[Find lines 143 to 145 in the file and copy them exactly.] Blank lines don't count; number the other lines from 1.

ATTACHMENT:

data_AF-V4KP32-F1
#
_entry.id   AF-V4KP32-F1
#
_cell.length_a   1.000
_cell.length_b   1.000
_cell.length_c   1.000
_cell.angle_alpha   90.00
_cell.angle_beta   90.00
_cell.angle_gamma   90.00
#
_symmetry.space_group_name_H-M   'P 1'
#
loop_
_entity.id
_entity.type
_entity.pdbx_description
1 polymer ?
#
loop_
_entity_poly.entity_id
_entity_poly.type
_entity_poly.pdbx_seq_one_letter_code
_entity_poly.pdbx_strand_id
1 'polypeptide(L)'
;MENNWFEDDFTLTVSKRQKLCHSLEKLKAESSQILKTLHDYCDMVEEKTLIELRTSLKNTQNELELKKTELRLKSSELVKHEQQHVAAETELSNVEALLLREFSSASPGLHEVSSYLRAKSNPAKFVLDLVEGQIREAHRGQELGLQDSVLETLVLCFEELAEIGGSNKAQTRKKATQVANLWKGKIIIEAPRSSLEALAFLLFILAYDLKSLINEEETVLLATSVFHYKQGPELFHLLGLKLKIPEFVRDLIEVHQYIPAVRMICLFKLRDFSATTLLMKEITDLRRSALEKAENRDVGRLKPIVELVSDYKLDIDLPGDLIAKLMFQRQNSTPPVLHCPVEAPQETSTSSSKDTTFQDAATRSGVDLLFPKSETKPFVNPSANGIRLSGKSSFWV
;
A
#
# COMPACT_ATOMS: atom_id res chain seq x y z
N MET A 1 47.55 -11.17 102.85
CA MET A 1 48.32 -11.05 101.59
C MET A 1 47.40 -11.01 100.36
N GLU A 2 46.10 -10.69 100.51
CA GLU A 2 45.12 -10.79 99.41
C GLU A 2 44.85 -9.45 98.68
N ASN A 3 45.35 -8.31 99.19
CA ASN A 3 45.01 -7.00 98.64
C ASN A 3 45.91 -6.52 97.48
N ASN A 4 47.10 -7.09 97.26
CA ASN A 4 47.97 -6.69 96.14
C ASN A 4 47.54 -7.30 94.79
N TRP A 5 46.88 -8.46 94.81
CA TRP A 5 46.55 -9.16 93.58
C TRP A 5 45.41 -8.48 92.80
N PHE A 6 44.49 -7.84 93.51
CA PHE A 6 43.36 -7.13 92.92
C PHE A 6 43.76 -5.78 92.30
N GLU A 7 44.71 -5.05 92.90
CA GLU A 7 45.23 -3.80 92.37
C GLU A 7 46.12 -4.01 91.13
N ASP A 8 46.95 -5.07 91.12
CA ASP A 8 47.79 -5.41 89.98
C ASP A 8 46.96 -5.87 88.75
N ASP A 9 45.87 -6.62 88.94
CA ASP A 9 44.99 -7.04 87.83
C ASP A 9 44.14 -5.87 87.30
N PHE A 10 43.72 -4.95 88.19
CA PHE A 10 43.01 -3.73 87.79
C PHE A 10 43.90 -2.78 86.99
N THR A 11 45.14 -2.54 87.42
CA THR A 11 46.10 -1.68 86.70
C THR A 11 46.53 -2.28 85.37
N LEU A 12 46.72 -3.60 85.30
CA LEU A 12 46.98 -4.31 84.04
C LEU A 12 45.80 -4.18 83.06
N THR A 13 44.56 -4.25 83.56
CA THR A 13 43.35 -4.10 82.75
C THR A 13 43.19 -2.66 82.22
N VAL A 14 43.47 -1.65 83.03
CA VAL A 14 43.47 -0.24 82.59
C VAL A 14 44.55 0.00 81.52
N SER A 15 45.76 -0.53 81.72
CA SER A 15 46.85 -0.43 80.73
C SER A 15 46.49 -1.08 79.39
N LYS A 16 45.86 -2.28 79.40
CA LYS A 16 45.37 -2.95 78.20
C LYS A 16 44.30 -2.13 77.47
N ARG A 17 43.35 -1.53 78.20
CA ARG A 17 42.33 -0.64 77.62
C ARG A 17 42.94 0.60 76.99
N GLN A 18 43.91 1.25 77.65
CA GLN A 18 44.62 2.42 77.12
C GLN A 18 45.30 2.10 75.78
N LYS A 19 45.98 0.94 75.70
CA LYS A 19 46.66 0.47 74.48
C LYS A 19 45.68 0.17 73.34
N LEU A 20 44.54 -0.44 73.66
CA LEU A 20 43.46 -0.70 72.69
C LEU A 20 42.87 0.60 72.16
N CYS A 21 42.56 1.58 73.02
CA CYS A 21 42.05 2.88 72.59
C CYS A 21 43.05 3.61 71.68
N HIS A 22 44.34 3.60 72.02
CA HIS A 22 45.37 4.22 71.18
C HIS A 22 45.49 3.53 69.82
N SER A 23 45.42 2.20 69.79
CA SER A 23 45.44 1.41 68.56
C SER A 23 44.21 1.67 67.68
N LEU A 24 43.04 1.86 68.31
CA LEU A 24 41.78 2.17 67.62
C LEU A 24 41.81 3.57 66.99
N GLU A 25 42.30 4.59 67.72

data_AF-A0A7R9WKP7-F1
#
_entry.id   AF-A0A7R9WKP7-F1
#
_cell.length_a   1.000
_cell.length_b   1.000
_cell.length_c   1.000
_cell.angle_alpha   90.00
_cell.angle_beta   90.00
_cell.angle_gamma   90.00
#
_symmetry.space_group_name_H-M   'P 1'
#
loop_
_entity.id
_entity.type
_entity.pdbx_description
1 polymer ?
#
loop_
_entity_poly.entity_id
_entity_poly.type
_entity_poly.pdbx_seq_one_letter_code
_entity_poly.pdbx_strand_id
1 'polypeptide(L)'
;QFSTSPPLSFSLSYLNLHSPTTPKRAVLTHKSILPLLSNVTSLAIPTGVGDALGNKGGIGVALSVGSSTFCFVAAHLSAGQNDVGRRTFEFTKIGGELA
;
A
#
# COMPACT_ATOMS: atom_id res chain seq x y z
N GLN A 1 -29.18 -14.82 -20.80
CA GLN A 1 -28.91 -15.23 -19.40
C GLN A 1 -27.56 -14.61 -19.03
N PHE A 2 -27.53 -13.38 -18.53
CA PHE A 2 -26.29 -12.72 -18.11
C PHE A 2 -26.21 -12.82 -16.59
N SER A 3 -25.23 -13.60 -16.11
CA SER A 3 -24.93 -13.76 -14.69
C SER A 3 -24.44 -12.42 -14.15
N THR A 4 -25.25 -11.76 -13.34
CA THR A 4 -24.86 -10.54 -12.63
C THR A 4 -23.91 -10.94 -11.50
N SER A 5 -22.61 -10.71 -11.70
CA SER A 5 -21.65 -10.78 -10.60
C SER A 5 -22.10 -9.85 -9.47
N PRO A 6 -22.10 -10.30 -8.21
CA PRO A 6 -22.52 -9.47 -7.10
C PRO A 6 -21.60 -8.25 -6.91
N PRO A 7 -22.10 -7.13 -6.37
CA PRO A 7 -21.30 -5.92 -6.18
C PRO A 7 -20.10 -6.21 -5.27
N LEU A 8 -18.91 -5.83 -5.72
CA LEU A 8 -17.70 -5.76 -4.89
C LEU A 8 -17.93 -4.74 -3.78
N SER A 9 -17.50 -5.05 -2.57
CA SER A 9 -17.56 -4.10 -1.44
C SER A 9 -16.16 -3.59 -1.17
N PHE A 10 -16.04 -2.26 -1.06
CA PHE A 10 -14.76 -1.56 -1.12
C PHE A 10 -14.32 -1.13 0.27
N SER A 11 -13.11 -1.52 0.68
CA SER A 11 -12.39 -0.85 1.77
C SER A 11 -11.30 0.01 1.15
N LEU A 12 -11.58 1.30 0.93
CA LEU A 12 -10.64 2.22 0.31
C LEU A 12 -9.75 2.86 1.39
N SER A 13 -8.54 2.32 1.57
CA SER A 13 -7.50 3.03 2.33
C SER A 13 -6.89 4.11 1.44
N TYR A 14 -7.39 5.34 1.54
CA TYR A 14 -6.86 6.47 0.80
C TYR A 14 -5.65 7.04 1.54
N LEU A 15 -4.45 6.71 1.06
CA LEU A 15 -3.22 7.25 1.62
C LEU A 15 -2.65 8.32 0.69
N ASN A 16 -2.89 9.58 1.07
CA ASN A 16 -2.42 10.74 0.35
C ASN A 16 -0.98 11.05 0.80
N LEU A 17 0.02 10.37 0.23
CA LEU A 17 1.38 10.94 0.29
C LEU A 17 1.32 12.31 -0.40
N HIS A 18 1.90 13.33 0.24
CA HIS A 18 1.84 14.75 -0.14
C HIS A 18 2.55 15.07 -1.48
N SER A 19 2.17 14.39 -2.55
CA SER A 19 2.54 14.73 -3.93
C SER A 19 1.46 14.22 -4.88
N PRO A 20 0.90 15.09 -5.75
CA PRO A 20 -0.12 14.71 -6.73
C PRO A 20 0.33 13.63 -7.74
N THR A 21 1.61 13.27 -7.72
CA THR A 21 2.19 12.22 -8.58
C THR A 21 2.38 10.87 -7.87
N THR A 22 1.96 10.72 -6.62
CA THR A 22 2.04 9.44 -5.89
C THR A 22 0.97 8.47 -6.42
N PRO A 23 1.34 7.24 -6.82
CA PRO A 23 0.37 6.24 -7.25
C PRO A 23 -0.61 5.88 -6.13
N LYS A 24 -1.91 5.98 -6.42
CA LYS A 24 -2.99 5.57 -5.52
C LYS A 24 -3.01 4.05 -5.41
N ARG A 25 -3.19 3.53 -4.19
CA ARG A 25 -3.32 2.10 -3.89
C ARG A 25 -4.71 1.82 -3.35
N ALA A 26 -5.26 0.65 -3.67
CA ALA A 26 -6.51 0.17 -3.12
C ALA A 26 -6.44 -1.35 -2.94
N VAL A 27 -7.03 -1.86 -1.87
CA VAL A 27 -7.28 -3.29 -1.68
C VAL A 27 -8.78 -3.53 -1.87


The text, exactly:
N THR A 4 -25.25 -11.76 -13.34
CA THR A 4 -24.86 -10.54 -12.63
C THR A 4 -23.91 -10.94 -11.50